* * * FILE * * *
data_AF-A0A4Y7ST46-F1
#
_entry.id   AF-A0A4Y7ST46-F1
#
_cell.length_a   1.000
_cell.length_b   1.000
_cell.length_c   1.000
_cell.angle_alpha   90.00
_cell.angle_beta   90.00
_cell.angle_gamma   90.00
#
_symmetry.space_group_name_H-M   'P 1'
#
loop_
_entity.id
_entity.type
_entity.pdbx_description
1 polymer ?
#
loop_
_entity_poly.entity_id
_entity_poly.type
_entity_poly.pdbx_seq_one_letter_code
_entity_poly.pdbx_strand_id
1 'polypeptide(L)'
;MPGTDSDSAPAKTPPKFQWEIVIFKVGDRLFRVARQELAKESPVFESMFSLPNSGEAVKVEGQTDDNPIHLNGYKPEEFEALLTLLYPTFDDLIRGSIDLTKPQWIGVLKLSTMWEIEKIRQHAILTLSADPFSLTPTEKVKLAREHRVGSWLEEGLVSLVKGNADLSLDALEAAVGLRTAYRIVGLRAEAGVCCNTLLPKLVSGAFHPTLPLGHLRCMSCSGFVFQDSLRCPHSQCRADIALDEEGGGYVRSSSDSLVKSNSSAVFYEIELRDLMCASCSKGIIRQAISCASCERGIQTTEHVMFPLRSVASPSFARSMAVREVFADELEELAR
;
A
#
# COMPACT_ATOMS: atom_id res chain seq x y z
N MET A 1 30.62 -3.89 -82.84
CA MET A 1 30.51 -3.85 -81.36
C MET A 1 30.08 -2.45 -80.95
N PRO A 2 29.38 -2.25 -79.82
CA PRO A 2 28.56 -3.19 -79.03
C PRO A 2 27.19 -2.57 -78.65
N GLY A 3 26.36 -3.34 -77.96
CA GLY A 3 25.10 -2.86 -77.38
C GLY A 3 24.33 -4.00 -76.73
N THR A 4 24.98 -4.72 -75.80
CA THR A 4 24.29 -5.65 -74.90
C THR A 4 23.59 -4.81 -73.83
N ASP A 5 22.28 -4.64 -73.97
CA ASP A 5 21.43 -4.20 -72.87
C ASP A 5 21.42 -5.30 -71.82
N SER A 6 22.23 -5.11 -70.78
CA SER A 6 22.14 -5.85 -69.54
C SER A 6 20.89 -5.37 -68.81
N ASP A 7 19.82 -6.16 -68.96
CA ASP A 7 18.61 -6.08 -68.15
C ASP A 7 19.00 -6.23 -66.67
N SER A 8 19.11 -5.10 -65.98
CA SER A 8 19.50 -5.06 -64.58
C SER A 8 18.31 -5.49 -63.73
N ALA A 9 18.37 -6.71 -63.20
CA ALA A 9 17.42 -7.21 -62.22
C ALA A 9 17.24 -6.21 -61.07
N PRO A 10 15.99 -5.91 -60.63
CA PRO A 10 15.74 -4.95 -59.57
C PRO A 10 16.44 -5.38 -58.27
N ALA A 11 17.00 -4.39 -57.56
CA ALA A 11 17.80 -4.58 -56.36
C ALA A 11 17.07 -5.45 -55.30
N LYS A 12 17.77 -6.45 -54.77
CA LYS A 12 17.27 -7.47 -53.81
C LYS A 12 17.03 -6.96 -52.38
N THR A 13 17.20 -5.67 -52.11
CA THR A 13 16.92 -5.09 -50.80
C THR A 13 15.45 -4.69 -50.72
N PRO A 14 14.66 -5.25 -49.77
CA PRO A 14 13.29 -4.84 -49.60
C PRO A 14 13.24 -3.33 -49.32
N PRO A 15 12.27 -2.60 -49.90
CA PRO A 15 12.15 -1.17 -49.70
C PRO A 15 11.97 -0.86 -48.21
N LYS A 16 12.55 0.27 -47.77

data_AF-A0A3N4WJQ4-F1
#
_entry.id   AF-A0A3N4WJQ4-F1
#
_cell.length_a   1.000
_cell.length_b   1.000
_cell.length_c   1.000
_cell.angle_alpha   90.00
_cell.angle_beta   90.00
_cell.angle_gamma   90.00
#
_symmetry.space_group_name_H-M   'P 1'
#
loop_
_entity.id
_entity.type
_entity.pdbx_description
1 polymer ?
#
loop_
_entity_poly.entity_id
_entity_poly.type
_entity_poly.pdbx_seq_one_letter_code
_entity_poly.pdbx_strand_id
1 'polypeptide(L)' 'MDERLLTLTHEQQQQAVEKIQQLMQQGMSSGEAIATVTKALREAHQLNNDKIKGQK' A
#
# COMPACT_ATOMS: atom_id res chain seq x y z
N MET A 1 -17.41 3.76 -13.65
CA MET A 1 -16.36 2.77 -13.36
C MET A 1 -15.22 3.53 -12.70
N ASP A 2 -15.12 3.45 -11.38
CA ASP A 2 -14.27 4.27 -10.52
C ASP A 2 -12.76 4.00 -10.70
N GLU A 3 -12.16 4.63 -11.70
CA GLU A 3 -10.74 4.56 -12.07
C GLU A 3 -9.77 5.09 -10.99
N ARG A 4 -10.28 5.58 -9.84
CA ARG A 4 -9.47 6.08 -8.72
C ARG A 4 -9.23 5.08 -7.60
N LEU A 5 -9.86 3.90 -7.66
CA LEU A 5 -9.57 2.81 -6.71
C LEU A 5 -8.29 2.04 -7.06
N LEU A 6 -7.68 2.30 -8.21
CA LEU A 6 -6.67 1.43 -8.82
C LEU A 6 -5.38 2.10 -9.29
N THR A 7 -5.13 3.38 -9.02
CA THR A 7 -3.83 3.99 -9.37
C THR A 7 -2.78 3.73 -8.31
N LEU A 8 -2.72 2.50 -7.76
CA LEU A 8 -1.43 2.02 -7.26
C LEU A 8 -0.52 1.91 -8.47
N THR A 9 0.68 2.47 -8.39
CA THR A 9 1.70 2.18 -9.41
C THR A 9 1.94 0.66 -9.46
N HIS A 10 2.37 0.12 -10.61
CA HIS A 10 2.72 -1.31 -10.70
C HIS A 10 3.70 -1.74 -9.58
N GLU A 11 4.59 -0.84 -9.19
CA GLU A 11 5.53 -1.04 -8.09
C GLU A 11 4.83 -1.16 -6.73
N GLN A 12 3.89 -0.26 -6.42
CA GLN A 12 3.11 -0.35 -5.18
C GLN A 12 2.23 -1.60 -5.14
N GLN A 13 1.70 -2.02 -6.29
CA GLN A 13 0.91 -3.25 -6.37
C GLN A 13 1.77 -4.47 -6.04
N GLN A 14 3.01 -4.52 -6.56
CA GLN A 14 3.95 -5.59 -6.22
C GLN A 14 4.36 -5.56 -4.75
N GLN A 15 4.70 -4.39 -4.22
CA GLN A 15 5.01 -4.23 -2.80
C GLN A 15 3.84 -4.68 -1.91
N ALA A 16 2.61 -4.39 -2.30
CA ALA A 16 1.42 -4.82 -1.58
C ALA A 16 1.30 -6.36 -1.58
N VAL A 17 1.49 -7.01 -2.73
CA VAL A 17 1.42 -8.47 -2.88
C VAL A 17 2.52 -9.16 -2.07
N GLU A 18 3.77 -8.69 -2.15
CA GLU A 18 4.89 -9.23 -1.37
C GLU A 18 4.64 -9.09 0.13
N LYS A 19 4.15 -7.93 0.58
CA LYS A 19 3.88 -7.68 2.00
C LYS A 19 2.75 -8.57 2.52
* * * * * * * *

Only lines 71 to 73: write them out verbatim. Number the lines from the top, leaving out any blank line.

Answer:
CA PRO A 14 13.29 -4.84 -49.60
C PRO A 14 13.24 -3.33 -49.32
N PRO A 15 12.27 -2.60 -49.90